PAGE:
European defence and aerospace firm EADS is working with Russian scientists on the development of a continuous detonation wave engine (CDWE), which would be theoretically capable of Mach 5 hypersonic flight.
A €3.4 million project involving EADS' corporate technical office and Russian researchers from the Lavrentiev Institute will attempt to develop CDWE for future aerospace applications. A detonation engine is a type of propulsion system that uses detonation waves to combust the fuel and oxidizer mixture. The technology is still very much at formative stages – no detonation engine has been put into production so far, but several test bed engines with pulsed detonation have been built.
Theoretically, a detonation engine can operate from subsonic up to a hypersonic flight speed of roughly Mach 5. Detonation engines are believed to have a thermodynamic efficiency higher than other designs like turbojets and turbofans because a detonation wave rapidly compresses the mixture and adds heat at constant volume.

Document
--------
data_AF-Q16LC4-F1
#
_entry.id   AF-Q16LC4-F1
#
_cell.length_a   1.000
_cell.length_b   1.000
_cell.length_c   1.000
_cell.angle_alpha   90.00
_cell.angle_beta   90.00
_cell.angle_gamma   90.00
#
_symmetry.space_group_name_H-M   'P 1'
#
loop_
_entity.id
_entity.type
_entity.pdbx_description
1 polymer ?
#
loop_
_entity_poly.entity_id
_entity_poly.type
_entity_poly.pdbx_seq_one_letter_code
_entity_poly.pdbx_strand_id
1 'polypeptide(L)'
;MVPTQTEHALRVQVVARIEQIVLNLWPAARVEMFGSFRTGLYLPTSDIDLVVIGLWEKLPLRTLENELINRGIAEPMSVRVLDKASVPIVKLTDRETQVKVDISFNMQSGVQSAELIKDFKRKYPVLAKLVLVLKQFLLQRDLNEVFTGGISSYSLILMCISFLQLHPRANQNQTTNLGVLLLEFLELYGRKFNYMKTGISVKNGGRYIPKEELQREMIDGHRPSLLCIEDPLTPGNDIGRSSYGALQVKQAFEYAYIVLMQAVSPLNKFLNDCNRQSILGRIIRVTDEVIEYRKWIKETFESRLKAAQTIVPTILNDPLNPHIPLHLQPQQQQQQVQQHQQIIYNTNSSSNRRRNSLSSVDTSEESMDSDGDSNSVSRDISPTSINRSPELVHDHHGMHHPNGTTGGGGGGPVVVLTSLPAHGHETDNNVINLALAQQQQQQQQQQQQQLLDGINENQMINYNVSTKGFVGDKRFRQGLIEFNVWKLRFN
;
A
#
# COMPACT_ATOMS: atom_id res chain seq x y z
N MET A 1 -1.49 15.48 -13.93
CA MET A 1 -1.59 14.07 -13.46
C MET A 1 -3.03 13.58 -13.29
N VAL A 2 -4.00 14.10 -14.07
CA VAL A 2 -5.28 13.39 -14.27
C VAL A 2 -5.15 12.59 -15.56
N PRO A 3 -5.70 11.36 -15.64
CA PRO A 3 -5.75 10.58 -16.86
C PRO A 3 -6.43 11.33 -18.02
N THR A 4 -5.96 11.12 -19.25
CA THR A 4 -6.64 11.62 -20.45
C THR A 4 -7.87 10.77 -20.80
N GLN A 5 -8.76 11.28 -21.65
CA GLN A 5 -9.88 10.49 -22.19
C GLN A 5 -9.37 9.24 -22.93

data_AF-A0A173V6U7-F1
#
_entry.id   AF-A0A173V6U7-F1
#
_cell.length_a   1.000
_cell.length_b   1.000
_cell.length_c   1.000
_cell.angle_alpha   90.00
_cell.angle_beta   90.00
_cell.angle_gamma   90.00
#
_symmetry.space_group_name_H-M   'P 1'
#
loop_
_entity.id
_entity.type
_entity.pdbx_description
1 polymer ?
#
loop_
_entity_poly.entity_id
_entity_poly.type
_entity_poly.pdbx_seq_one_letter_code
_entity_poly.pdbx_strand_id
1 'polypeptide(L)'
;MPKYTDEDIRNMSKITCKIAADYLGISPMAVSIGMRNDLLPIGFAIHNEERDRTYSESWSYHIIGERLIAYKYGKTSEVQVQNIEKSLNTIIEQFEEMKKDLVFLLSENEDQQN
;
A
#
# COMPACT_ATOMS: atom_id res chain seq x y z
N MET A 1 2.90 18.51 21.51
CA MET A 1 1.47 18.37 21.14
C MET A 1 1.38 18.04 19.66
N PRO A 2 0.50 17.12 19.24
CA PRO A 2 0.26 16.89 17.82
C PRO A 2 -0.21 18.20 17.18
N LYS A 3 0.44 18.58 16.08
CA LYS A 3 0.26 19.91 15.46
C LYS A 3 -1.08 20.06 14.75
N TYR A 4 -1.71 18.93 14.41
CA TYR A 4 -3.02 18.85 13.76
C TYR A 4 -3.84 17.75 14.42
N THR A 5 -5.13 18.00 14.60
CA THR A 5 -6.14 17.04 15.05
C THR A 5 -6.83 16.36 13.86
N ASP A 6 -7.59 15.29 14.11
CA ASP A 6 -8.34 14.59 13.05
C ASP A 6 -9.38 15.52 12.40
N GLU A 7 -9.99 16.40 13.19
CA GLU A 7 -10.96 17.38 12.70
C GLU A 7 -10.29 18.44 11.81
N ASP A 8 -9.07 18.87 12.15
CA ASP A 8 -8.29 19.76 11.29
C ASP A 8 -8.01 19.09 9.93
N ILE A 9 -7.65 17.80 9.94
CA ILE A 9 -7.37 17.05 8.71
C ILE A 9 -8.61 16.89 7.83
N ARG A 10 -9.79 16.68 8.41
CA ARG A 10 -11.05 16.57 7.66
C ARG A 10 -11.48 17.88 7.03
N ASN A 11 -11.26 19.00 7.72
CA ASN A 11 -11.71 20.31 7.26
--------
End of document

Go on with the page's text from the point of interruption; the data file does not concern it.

Dr. Jean Botti, EADS chief technical officer, said: “Our research in Russia is another example of the EADS corporate technical office’s strategy of partnering with world class institutes and organisations to develop leading edge aerospace solutions for the future.”
EADS has already performed preliminary theoretical and experimental works with the Lavrentiev Institute. These studies have been aimed at obtaining a first demonstration of the feasibility of a continuous detonation wave engine for air-breathing and rocket applications. Compared to a pulsed detonation engine, this design allows an easier operation in reduced-pressure environment and an increase in engine mass flow rate and thrust-to weight ratio, it said.